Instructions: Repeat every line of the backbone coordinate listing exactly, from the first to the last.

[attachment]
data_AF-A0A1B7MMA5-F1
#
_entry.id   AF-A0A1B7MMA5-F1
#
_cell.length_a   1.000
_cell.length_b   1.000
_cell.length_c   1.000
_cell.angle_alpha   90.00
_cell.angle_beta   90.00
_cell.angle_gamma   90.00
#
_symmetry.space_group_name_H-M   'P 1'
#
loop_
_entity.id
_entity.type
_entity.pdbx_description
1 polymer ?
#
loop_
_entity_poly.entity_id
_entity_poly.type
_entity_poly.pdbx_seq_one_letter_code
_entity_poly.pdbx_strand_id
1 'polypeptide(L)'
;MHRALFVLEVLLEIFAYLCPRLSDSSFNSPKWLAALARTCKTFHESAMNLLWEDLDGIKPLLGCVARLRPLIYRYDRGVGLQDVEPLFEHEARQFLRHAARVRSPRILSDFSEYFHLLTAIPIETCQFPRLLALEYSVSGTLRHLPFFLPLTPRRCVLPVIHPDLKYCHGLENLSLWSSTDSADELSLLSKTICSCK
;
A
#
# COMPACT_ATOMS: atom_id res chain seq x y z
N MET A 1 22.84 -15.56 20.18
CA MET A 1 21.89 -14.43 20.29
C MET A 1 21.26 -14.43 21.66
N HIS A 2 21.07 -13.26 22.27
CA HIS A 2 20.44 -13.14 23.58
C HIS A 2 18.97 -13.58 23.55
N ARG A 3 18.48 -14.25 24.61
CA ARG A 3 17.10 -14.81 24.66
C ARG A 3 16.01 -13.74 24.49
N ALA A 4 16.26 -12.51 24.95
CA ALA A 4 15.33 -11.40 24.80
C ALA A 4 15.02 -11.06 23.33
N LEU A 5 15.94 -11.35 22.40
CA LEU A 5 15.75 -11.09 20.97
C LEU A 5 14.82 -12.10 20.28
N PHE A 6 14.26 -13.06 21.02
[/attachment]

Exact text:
data_AF-A0A1B7MMA5-F1
#
_entry.id   AF-A0A1B7MMA5-F1
#
_cell.length_a   1.000
_cell.length_b   1.000
_cell.length_c   1.000
_cell.angle_alpha   90.00
_cell.angle_beta   90.00
_cell.angle_gamma   90.00
#
_symmetry.space_group_name_H-M   'P 1'
#
loop_
_entity.id
_entity.type
_entity.pdbx_description
1 polymer ?
#
loop_
_entity_poly.entity_id
_entity_poly.type
_entity_poly.pdbx_seq_one_letter_code
_entity_poly.pdbx_strand_id
1 'polypeptide(L)'
;MHRALFVLEVLLEIFAYLCPRLSDSSFNSPKWLAALARTCKTFHESAMNLLWEDLDGIKPLLGCVARLRPLIYRYDRGVGLQDVEPLFEHEARQFLRHAARVRSPRILSDFSEYFHLLTAIPIETCQFPRLLALEYSVSGTLRHLPFFLPLTPRRCVLPVIHPDLKYCHGLENLSLWSSTDSADELSLLSKTICSCK
;
A
#
# COMPACT_ATOMS: atom_id res chain seq x y z
N MET A 1 22.84 -15.56 20.18
CA MET A 1 21.89 -14.43 20.29
C MET A 1 21.26 -14.43 21.66
N HIS A 2 21.07 -13.26 22.27
CA HIS A 2 20.44 -13.14 23.58
C HIS A 2 18.97 -13.58 23.55
N ARG A 3 18.48 -14.25 24.61
CA ARG A 3 17.10 -14.81 24.66
C ARG A 3 16.01 -13.74 24.49
N ALA A 4 16.26 -12.51 24.95
CA ALA A 4 15.33 -11.40 24.80
C ALA A 4 15.02 -11.06 23.33
N LEU A 5 15.94 -11.35 22.40
CA LEU A 5 15.75 -11.09 20.97
C LEU A 5 14.82 -12.10 20.28
N PHE A 6 14.26 -13.06 21.02